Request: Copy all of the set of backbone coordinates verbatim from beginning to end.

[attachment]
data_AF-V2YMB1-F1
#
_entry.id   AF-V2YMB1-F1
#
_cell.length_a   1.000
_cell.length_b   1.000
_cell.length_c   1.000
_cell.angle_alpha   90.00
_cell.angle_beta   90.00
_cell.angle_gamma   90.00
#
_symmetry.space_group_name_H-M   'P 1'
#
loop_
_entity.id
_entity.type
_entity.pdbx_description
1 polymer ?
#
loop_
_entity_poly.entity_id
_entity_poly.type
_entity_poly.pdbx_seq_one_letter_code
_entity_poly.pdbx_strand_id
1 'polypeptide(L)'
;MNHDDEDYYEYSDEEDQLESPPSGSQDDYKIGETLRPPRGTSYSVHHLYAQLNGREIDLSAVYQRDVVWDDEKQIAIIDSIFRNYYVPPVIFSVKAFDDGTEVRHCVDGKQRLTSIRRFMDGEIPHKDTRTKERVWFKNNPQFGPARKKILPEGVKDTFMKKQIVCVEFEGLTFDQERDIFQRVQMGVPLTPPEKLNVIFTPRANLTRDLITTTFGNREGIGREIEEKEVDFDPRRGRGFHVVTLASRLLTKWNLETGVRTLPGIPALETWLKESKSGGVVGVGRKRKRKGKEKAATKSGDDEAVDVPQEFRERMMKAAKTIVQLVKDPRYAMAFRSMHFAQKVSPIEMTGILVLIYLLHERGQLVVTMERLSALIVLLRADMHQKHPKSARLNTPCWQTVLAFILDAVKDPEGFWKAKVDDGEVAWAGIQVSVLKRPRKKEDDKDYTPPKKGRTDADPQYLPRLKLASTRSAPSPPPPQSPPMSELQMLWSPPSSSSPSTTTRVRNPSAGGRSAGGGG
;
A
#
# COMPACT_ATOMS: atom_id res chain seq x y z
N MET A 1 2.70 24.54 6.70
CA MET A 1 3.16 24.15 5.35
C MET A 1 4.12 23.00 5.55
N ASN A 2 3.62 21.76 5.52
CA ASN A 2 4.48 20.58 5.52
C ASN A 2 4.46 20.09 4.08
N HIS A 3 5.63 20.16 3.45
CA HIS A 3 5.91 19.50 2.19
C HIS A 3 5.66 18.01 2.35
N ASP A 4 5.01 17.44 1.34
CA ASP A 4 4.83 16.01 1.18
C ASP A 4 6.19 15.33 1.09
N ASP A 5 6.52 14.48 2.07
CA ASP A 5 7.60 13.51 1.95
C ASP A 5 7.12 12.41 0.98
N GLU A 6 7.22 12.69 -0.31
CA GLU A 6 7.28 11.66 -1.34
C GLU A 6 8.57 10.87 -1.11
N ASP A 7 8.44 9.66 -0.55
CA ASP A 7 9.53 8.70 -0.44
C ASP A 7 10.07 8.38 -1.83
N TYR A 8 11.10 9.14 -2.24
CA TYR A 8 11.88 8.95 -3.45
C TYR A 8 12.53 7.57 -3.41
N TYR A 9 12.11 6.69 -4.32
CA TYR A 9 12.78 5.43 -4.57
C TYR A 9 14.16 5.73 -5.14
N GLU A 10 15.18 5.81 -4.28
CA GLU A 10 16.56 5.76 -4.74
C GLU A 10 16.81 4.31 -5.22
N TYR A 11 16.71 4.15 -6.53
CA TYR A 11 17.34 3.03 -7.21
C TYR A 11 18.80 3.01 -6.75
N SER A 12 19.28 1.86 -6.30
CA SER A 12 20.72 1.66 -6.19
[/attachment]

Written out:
data_AF-V2YMB1-F1
#
_entry.id   AF-V2YMB1-F1
#
_cell.length_a   1.000
_cell.length_b   1.000
_cell.length_c   1.000
_cell.angle_alpha   90.00
_cell.angle_beta   90.00
_cell.angle_gamma   90.00
#
_symmetry.space_group_name_H-M   'P 1'
#
loop_
_entity.id
_entity.type
_entity.pdbx_description
1 polymer ?
#
loop_
_entity_poly.entity_id
_entity_poly.type
_entity_poly.pdbx_seq_one_letter_code
_entity_poly.pdbx_strand_id
1 'polypeptide(L)'
;MNHDDEDYYEYSDEEDQLESPPSGSQDDYKIGETLRPPRGTSYSVHHLYAQLNGREIDLSAVYQRDVVWDDEKQIAIIDSIFRNYYVPPVIFSVKAFDDGTEVRHCVDGKQRLTSIRRFMDGEIPHKDTRTKERVWFKNNPQFGPARKKILPEGVKDTFMKKQIVCVEFEGLTFDQERDIFQRVQMGVPLTPPEKLNVIFTPRANLTRDLITTTFGNREGIGREIEEKEVDFDPRRGRGFHVVTLASRLLTKWNLETGVRTLPGIPALETWLKESKSGGVVGVGRKRKRKGKEKAATKSGDDEAVDVPQEFRERMMKAAKTIVQLVKDPRYAMAFRSMHFAQKVSPIEMTGILVLIYLLHERGQLVVTMERLSALIVLLRADMHQKHPKSARLNTPCWQTVLAFILDAVKDPEGFWKAKVDDGEVAWAGIQVSVLKRPRKKEDDKDYTPPKKGRTDADPQYLPRLKLASTRSAPSPPPPQSPPMSELQMLWSPPSSSSPSTTTRVRNPSAGGRSAGGGG
;
A
#
# COMPACT_ATOMS: atom_id res chain seq x y z
N MET A 1 2.70 24.54 6.70
CA MET A 1 3.16 24.15 5.35
C MET A 1 4.12 23.00 5.55
N ASN A 2 3.62 21.76 5.52
CA ASN A 2 4.48 20.58 5.52
C ASN A 2 4.46 20.09 4.08
N HIS A 3 5.63 20.16 3.45
CA HIS A 3 5.91 19.50 2.19
C HIS A 3 5.66 18.01 2.35
N ASP A 4 5.01 17.44 1.34
CA ASP A 4 4.83 16.01 1.18
C ASP A 4 6.19 15.33 1.09
N ASP A 5 6.52 14.48 2.07
CA ASP A 5 7.60 13.51 1.95
C ASP A 5 7.12 12.41 0.98
N GLU A 6 7.22 12.69 -0.31
CA GLU A 6 7.28 11.66 -1.34
C GLU A 6 8.57 10.87 -1.11
N ASP A 7 8.44 9.66 -0.55
CA ASP A 7 9.53 8.70 -0.44
C ASP A 7 10.07 8.38 -1.83
N TYR A 8 11.10 9.14 -2.24
CA TYR A 8 11.88 8.95 -3.45
C TYR A 8 12.53 7.57 -3.41
N TYR A 9 12.11 6.69 -4.32
CA TYR A 9 12.78 5.43 -4.57
C TYR A 9 14.16 5.73 -5.14
N GLU A 10 15.18 5.81 -4.28
CA GLU A 10 16.56 5.76 -4.74
C GLU A 10 16.81 4.31 -5.22
N TYR A 11 16.71 4.15 -6.53
CA TYR A 11 17.34 3.03 -7.21
C TYR A 11 18.80 3.01 -6.75
N SER A 12 19.28 1.86 -6.30
CA SER A 12 20.72 1.66 -6.19